Secondly, the global character of the rupture between human society and nature was not well understood. The greatest threat produced by capital expansion, of global heating caused by fossil fuel use, was not clearly appraised by scientists until the mid 1980s.

Thirdly, I reckon that history may show us that all these movements – of labour, of rich-country ecology, of “the environmentalism of the poor” – underestimated the sheer destructive power of our enemies, and capitalism’s ability to preserve and renew itself by means of the breakneck expansion that began in the 1980s.  

Of course there are senses in which this all amounted to a “missed opportunity”. Probably the more important question is why the resistance to capitalism was so fragmentary.

A crisis of Marxism

Against the “imperial mode of living”, Brand and Wissen propose a “solidary mode of living”, which they describe as:

a very different – namely just, democratic, peaceful and truly ecological – model of prosperity, beyond capitalist, patriarchal and racist impositions, beyond the domination and exploitation of nature (page 193).

Further on:

The central normative reference point of critical analysis and emancipatory politics is a good life for all that does not destroy its own biophysical basis (page 195).

Any mode of living must do without externalisation, without exploiting other people and without destroying its own foundations.

Specifically, this means a drastic reduction in resource consumption and emissions, as well as the transformation of political, economic and social structures […].

Brand and Wissen’s discussion of how these changes will be achieved is frustratingly – and I suppose they would say, necessarily – vague. I agree that the approaches to economics and ecology developed by “degrowth” scholars must be built upon, and that “the future can never arise through a master plan” (page 190), but I would like to think we can be more definite than Brand and Wissen are about how it can arise.

They refer consistently to the idea of “great transformation”, following Karl Polanyi, and in their final chapter point to a “radical reformism”, and to “a gradual defeat of the imperial mode of living” via “conflicts and learning processes”. This kind of change will entail redistribution of power, income and wealth, and “implicitly or explicitly, challenge the ownership and control of the means of production” (page 196). In my view, the history of the twentieth century has much to teach us about the limitations of reformism, and indeed the limitations of revolutions; surely, Marxism as a body of thinking needs to engage with these.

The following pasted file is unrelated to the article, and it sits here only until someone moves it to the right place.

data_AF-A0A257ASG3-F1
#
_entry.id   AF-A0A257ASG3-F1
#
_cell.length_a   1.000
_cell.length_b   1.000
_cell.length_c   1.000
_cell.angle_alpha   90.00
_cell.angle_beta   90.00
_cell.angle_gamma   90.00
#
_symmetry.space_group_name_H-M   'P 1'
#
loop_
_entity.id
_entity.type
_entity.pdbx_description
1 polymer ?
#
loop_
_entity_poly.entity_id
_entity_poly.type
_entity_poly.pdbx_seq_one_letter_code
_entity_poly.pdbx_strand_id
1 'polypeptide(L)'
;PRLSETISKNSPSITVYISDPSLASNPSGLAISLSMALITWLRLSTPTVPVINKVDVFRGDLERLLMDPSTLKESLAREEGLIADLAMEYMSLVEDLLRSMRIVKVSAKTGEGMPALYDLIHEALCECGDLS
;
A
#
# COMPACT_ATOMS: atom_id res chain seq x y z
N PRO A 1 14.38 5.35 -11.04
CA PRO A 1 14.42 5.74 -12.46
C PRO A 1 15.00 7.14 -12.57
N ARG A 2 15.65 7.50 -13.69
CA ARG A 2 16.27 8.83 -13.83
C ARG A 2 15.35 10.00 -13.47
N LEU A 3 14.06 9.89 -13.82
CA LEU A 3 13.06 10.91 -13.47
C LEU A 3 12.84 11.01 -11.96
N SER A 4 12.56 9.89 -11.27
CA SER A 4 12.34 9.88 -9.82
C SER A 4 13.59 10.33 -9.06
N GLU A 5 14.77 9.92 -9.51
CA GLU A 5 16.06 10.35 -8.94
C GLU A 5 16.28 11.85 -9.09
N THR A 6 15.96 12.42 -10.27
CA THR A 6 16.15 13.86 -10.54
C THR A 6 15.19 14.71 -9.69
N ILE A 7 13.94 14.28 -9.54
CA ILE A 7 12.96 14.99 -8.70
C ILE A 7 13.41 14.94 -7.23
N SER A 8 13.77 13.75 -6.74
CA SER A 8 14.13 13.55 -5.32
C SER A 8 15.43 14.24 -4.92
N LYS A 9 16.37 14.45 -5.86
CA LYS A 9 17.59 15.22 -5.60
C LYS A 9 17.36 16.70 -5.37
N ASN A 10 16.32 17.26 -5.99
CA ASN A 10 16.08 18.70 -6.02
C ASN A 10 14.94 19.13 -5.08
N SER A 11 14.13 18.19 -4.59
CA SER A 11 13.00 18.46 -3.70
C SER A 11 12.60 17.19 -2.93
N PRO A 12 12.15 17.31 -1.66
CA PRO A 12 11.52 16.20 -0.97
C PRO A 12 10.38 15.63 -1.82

I certainly don’t have the answers to these questions … althoughthat is no reason to downplay their importance. Furthermore, I don’t expect Brand, Wissen or anyone else to be able to supply the answers in a 220-page book. Their efforts to develop a Marxist analytical framework for understanding post-1980s capital accumulation, consumption, and ecological crisis, are very welcome. The Imperial Mode of Living will hopefully sharpen up discussion of Marxist approaches to social, economic and ecological crisis, much of which features crude, blunt and one-sided prejudices.

There may be a language issue here. Brand and Wissen refer to discussions in German social movements, and cite many scholars writing in German – work that, to be honest, I am not familiar with. I can say, though, that – while there are many Marxist writers publishing serious work on these issues in English – much of what is most widely publicised outside the universities does not even try to tackle the difficult dilemmas addressed by Brand and Wissen.

In the US, the widely-read Jacobin magazine eschews serious engagement with “degrowth” scholars, preferring cheap jibes, and promotes absurd versions of technological determinism. One of the oldest and best-resourced Marxist journals, Monthly Review – blind to China’s role as “the outstanding example of capitalist expansion and appropriation”, as Brand and Wissen remind us (page 119) – embraces Xi Jinping’s sloganeering about “ecological civilisation”. Here in the UK, the editor of a significant left media outlet, Novara, publishes a paean to “fully automated luxury communism”, founded on ludicrously crude techno-optimism.

It would be surprising if the deep combination of crises through which we are living – social, economic and ecological – did not intensify the crisis of thinking by Marxists and others seeking to emancipate humanity from this nightmare. We need more thoughtful, constructive contributions of the kind that Brand and Wissen have made. Simon Pirani, 20 September 2021.

Download this book review as a PDF

■  Read an excerpt from The Imperial Mode of Living on People & Nature

■ You can buy The Imperial Mode of Living here.

■  Listen to an interview with Markus Wissen on Bella Caledonia

■  Read notes from a seminar on “historicising the imperial mode of living”

More about ecological crisis on People & Nature

■ The contested present versus the populationists’ “ghastly future” (25 May 2021)

■ Strategies for the new climate war (April 2021)

■ Disaster environmentalism 1: looking the future in the face (5 December 2019)

■ The Earth and us: ways of seeing (February 2018 – review of Bonneuil and Fressoz, The Shock of the Anthropocene)

 Follow People & Nature on twitter … instagram … telegram … or whatsapp. Or email peoplenature[at], and I’ll send you updates